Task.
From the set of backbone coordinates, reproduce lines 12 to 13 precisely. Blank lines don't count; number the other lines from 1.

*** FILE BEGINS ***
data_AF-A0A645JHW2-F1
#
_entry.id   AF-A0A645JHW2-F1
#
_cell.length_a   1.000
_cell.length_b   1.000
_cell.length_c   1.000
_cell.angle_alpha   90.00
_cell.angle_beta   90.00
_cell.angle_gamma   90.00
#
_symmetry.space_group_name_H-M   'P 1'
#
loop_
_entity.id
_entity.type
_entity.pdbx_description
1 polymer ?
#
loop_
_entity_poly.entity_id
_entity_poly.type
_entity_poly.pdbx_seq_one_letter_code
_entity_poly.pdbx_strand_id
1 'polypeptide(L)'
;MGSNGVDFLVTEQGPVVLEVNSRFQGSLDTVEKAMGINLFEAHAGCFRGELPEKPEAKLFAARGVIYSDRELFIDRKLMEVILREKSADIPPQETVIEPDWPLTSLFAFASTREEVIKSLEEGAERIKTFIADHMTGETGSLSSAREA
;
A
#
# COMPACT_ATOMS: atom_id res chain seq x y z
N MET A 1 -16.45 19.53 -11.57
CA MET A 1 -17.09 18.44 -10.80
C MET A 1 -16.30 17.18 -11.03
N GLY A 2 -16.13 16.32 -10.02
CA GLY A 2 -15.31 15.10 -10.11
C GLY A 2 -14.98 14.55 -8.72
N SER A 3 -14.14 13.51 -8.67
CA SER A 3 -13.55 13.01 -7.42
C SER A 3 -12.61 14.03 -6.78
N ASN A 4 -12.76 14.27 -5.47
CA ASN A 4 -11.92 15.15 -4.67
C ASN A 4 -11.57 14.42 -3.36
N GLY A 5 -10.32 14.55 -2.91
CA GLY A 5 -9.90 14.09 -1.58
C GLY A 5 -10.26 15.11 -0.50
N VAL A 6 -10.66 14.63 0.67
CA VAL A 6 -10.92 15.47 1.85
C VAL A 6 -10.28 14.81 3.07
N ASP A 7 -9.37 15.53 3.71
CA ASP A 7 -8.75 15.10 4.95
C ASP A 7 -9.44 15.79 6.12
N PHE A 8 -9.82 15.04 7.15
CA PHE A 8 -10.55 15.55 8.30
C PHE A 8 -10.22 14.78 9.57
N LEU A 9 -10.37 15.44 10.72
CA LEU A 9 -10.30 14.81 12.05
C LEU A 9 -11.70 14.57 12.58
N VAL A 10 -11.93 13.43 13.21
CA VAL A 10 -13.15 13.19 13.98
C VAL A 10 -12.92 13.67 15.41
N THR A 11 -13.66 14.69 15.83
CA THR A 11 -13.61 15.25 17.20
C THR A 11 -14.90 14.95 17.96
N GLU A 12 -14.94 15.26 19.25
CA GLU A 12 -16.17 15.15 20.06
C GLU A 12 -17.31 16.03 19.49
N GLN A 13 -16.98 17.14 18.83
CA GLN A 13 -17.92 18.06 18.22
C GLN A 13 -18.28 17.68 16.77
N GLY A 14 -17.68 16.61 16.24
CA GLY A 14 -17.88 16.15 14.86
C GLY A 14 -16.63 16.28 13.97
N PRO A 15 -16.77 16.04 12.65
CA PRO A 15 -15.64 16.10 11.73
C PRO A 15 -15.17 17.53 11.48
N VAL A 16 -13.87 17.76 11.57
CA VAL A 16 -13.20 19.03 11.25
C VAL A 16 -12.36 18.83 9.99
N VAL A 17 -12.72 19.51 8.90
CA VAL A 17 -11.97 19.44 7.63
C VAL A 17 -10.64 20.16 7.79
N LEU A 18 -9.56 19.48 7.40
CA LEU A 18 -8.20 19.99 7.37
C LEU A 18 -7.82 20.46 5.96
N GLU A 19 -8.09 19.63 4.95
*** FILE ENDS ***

_symmetry.space_group_name_H-M   'P 1'
#